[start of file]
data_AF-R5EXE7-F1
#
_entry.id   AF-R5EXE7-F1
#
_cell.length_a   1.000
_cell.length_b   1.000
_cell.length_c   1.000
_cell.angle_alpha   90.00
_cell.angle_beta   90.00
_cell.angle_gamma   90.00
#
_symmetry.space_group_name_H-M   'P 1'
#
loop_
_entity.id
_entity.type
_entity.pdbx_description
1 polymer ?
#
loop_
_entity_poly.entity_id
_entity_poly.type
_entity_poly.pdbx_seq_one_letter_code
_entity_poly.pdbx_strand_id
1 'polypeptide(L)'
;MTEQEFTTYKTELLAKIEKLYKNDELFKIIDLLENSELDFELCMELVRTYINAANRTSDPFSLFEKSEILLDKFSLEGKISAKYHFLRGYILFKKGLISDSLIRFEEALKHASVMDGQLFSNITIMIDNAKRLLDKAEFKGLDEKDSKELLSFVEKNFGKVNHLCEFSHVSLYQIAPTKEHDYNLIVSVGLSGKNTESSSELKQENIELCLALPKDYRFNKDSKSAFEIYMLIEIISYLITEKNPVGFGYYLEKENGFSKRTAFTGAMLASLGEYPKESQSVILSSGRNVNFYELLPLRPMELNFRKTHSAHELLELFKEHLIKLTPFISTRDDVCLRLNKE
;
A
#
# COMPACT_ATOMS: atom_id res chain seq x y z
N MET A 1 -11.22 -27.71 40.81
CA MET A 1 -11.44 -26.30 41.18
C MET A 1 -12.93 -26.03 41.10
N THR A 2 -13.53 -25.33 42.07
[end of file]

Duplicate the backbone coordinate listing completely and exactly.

data_AF-R5EXE7-F1
#
_entry.id   AF-R5EXE7-F1
#
_cell.length_a   1.000
_cell.length_b   1.000
_cell.length_c   1.000
_cell.angle_alpha   90.00
_cell.angle_beta   90.00
_cell.angle_gamma   90.00
#
_symmetry.space_group_name_H-M   'P 1'
#
loop_
_entity.id
_entity.type
_entity.pdbx_description
1 polymer ?
#
loop_
_entity_poly.entity_id
_entity_poly.type
_entity_poly.pdbx_seq_one_letter_code
_entity_poly.pdbx_strand_id
1 'polypeptide(L)'
;MTEQEFTTYKTELLAKIEKLYKNDELFKIIDLLENSELDFELCMELVRTYINAANRTSDPFSLFEKSEILLDKFSLEGKISAKYHFLRGYILFKKGLISDSLIRFEEALKHASVMDGQLFSNITIMIDNAKRLLDKAEFKGLDEKDSKELLSFVEKNFGKVNHLCEFSHVSLYQIAPTKEHDYNLIVSVGLSGKNTESSSELKQENIELCLALPKDYRFNKDSKSAFEIYMLIEIISYLITEKNPVGFGYYLEKENGFSKRTAFTGAMLASLGEYPKESQSVILSSGRNVNFYELLPLRPMELNFRKTHSAHELLELFKEHLIKLTPFISTRDDVCLRLNKE
;
A
#
# COMPACT_ATOMS: atom_id res chain seq x y z
N MET A 1 -11.22 -27.71 40.81
CA MET A 1 -11.44 -26.30 41.18
C MET A 1 -12.93 -26.03 41.10
N THR A 2 -13.53 -25.33 42.07